Auntie Doris’s They Died Too Young #30: Screaming Lord Sutch – Died June 16th 1999, aged 58

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David Edward Sutch wasn’t really a Lord, he was one of them maniac depressives. That meant that he spent half his time sincerely believing he was a Lord, or at least deserved to be one, and that everybody loved him and he could do anything that he turned his mind to. Sadly he spent the other half of his time believing that he was a useless lump, who everybody hated, and that everything he attempted was a waste of ruddy time. That’s the problem with them maniac depressives, they spend their whole lives flipping between those two moods. It can only be controlled by tablets to a certain extent, so they are always susceptible to wild highs and desperate lows.
During one of the wild highs, in 1963, he had the idea of paying musical tribute to Jack the Ripper, the famous serial killer and disemboweller of women. It might have been a chart success too, if it hadn’t been banned by the BBC. He followed it with a load of shocking, horror themed songs and used to have a crack potted stage act, where he came out of a coffin and ramped about with a real dagger and all weird ruddy make up all over his face. That ruddy Alice Cooper nicked all of Screaming Lord Sutch’s ideas, and made a fortune out of them. But that’s showbusiness I suppose.
Unfortunately, whilst he was suffering a low, in 1999, Sutch temporarily lost sight of what a genius he was and how much people actually did love him. So he went and ruddy well hanged himself. He always had style though, so he used a multi coloured skipping rope to do the deed with, rather than anything dull.
And he was a far from dull character, was Sutch. He was a funny and entertaining musician, a flamboyant dresser, (he usually had one of them top hats on, even when he was in bed, probably) and the leader of the wonderful Monster Raving Loony Party, in which role he stood as a candidate in forty elections and bye elections up and down the country. He never won any of them, but he brought a bit of colour, character and even common sense to a lot of dull, boring, and idiotic contests. He even gave that ruddy Thatcher a run for her money in the 1983 General Election, so the miserable old bint went and raised the deposit that people had to pay before standing in elections, just to be spiteful.
He knew how to have a good time though. On the night before every election he contested, he would have a victory party, “in order to avoid the disappointment of not being able to have one if he lost” and carried on doing his pop concerts right until the end of his days. Poor bloke. A lot of funny people suffer with that maniac depression. Tony Hancock, Spike Milligans, and that Stephen Fry. It must be something in their water that makes them so good when they aren’t down in the dumps.

Auntie Doris’s Twelve Days of Christmas. #10: Ten Lords a Leaping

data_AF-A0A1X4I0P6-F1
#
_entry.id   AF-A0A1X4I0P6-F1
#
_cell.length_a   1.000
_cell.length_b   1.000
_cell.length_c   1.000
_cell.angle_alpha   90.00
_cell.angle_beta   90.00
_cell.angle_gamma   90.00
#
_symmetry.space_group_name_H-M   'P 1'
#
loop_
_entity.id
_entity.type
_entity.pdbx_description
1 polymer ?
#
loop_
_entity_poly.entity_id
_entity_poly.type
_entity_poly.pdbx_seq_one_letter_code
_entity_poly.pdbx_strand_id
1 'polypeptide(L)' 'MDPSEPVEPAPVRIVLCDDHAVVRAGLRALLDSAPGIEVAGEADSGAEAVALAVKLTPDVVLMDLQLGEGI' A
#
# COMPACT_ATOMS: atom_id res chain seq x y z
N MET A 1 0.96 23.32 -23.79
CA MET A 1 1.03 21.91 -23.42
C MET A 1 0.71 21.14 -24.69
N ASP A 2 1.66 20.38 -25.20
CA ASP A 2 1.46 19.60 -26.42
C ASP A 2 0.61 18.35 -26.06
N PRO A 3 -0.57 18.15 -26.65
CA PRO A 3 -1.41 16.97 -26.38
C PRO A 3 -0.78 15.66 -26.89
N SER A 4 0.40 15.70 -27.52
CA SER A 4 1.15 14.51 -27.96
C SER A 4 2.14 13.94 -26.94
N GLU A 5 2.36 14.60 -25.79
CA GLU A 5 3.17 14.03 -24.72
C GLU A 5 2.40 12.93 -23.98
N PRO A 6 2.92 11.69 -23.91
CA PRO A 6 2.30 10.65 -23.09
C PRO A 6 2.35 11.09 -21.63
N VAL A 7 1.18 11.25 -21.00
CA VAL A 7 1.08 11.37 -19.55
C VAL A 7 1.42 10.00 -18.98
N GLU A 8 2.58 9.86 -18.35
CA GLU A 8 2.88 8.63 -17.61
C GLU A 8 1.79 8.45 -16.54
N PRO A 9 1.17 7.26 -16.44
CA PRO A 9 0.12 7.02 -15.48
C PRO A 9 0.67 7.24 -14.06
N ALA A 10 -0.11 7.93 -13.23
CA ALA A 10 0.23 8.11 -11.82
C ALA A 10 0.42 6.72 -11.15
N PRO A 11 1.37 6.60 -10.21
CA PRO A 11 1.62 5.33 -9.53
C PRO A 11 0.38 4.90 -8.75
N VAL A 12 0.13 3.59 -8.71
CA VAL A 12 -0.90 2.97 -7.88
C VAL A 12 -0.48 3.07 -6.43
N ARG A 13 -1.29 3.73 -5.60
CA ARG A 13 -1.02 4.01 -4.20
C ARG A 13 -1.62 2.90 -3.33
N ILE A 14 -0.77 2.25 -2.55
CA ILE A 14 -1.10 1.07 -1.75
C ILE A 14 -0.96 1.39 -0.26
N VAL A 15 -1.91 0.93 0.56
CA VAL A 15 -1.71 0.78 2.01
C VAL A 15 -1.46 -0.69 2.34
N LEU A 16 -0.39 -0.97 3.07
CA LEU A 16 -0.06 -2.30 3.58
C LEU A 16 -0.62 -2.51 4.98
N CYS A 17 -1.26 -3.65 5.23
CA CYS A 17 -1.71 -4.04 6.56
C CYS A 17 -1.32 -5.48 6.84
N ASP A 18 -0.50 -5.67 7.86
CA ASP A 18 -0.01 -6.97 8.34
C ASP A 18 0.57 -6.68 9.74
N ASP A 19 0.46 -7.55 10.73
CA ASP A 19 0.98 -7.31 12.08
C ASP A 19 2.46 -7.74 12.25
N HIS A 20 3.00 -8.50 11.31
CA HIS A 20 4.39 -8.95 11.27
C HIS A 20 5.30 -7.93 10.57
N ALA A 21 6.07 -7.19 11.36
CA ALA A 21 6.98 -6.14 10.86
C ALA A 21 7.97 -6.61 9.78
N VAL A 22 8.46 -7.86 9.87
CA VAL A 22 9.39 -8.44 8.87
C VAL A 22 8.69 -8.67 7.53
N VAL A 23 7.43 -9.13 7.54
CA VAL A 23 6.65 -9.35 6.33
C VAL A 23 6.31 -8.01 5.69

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These Christmas presents get more ridiculous by the day. Have you ever seen what goes on in the House of Lords? It’s even on television these days, but I can’t imagine anybody watches it except if they have tuned in by mistake. There is precious little leaping going on in there. More like ten lords a dribbling on their own shoulders while they sleep. Besides, who would want ten Lords for Christmas anyway, wether they can manage to leap or not? How many ruddy Lords does the average person need. For that matter, how many Lords can the average person name? And what would you do if they all arrived at your front door on Boxing Day? The doorbell rings and there stands Ian Charmichael as Lord Peter Whimsey, the posh detective, he might have managed to unearth Lord Lucan, and brought him along. You would be surprised at the sight of that. Nobody’s seen him in years, since he did for the babysitter. Screaming Lord Sutch would make a mess of your flowerbeds tiptoeing through the tulips, or just getting his ruddy feet muddy trying to tiptoe in the claggy sod where he imagines they might be coming up in the Spring. Lord Haw Haw would be there probably wanting to interview you for one of his ruddy silly radio broadcasts. And Lord Snooty might show his face, and bring all of his pals. (Apart from the black one, because they wrote her out when it became against the law to draw cartoons of black people in comics). Then there’s Lord Sugar, and his friends, Colonel Mustard and Mrs Pepperpot. Ray Alan would turn up with Lord Charles on his arm. Ray Alan once tried to chat up my sister Pearl in Hammonds Department Store, but she didn’t realise it was him until she got home and saw in the paper that he was on at the local theatre. She said he looked different without his hand up a puppet’s arse, and he stank of dettol anyway) Lord Byron might treat you to one of his poems. Lord Nelson might frighten the kiddies by showing them what’s under his eye patch, and Lord Baden Powell might rightened the kiddies by inviting them into his tent. There! That’s ten of ’em. But my true love can keep ’em to his ruddy self. I don’t want them. I prefer a bit of peace and quiet. And I’d rather not share that bottle of Harvey’s Bristol Cream that our Michael got me for Christmas. Uncle Raymond’s Christmas Cracker Cackle of the Day: “She was only the executioners daughter, but she appreciated a well hung fellow.”